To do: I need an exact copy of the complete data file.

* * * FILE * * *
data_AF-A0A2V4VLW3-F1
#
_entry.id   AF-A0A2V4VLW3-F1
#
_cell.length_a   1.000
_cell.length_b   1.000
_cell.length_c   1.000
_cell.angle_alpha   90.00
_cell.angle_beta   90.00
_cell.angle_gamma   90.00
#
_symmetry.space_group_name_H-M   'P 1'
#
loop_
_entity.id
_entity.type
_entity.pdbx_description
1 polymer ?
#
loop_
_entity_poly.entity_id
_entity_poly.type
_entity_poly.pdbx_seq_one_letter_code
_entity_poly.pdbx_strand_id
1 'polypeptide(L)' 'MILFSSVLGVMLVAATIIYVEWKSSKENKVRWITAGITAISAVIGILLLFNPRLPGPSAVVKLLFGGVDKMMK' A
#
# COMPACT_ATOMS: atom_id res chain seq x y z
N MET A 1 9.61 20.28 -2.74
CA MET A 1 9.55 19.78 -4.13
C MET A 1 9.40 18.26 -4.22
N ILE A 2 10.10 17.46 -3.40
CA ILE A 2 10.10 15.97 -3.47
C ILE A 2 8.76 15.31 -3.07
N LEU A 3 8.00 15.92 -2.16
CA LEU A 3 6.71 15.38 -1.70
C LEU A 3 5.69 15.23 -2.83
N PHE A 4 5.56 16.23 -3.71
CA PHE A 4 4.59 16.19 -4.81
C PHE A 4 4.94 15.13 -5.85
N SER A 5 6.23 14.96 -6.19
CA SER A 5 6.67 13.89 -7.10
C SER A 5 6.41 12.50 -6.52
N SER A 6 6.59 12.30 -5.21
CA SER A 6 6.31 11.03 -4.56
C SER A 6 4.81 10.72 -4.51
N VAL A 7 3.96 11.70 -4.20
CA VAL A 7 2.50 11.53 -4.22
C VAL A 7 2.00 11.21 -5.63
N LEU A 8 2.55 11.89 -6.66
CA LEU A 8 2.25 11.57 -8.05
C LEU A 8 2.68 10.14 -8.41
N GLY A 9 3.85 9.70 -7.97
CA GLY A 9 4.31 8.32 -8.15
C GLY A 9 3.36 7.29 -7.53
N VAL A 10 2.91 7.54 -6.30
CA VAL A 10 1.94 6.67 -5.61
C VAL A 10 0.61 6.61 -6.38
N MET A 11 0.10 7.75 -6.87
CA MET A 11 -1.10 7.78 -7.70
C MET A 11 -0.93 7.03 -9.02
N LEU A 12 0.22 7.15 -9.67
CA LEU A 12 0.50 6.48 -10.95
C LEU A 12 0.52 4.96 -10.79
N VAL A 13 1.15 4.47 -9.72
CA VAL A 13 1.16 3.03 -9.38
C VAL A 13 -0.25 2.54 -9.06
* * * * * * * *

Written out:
data_AF-A0A2V4VLW3-F1
#
_entry.id   AF-A0A2V4VLW3-F1
#
_cell.length_a   1.000
_cell.length_b   1.000
_cell.length_c   1.000
_cell.angle_alpha   90.00
_cell.angle_beta   90.00
_cell.angle_gamma   90.00
#
_symmetry.space_group_name_H-M   'P 1'
#
loop_
_entity.id
_entity.type
_entity.pdbx_description
1 polymer ?
#
loop_
_entity_poly.entity_id
_entity_poly.type
_entity_poly.pdbx_seq_one_letter_code
_entity_poly.pdbx_strand_id
1 'polypeptide(L)' 'MILFSSVLGVMLVAATIIYVEWKSSKENKVRWITAGITAISAVIGILLLFNPRLPGPSAVVKLLFGGVDKMMK' A
#
# COMPACT_ATOMS: atom_id res chain seq x y z
N MET A 1 9.61 20.28 -2.74
CA MET A 1 9.55 19.78 -4.13
C MET A 1 9.40 18.26 -4.22
N ILE A 2 10.10 17.46 -3.40
CA ILE A 2 10.10 15.97 -3.47
C ILE A 2 8.76 15.31 -3.07
N LEU A 3 8.00 15.92 -2.16
CA LEU A 3 6.71 15.38 -1.70
C LEU A 3 5.69 15.23 -2.83
N PHE A 4 5.56 16.23 -3.71
CA PHE A 4 4.59 16.19 -4.81
C PHE A 4 4.94 15.13 -5.85
N SER A 5 6.23 14.96 -6.19
CA SER A 5 6.67 13.89 -7.10
C SER A 5 6.41 12.50 -6.52
N SER A 6 6.59 12.30 -5.21
CA SER A 6 6.31 11.03 -4.56
C SER A 6 4.81 10.72 -4.51
N VAL A 7 3.96 11.70 -4.20
CA VAL A 7 2.50 11.53 -4.22
C VAL A 7 2.00 11.21 -5.63
N LEU A 8 2.55 11.89 -6.66
CA LEU A 8 2.25 11.57 -8.05
C LEU A 8 2.68 10.14 -8.41
N GLY A 9 3.85 9.70 -7.97
CA GLY A 9 4.31 8.32 -8.15
C GLY A 9 3.36 7.29 -7.53
N VAL A 10 2.91 7.54 -6.30
CA VAL A 10 1.94 6.67 -5.61
C VAL A 10 0.61 6.61 -6.38
N MET A 11 0.10 7.75 -6.87
CA MET A 11 -1.10 7.78 -7.70
C MET A 11 -0.93 7.03 -9.02
N LEU A 12 0.22 7.15 -9.67
CA LEU A 12 0.50 6.48 -10.95
C LEU A 12 0.52 4.96 -10.79
N VAL A 13 1.15 4.47 -9.72
CA VAL A 13 1.16 3.03 -9.38
C VAL A 13 -0.25 2.54 -9.06